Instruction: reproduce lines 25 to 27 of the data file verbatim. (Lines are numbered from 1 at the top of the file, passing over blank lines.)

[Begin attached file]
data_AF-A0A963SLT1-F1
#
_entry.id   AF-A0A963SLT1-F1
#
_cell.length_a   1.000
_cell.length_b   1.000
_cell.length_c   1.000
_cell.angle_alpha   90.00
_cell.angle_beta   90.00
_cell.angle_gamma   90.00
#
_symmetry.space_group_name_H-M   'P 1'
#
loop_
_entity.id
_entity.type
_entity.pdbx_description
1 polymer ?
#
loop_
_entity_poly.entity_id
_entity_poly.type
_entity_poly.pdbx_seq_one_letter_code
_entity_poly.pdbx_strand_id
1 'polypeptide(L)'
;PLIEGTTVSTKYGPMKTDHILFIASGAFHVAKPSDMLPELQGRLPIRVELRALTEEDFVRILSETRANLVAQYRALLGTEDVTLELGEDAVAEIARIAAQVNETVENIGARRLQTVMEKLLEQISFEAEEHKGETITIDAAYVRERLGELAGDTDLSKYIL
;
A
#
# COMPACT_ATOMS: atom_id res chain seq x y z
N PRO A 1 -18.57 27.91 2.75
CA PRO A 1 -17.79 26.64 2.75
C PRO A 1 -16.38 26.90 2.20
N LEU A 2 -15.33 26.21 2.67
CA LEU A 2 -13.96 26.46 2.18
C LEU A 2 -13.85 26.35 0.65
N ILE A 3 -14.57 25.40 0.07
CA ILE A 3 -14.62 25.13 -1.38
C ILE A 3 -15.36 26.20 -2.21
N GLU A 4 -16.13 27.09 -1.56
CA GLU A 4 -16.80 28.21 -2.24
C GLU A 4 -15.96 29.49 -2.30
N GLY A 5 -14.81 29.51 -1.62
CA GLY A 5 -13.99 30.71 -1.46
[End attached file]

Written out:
1 'polypeptide(L)'
;PLIEGTTVSTKYGPMKTDHILFIASGAFHVAKPSDMLPELQGRLPIRVELRALTEEDFVRILSETRANLVAQYRALLGTEDVTLELGEDAVAEIARIAAQVNETVENIGARRLQTVMEKLLEQISFEAEEHKGETITIDAAYVRERLGELAGDTDLSKYIL
;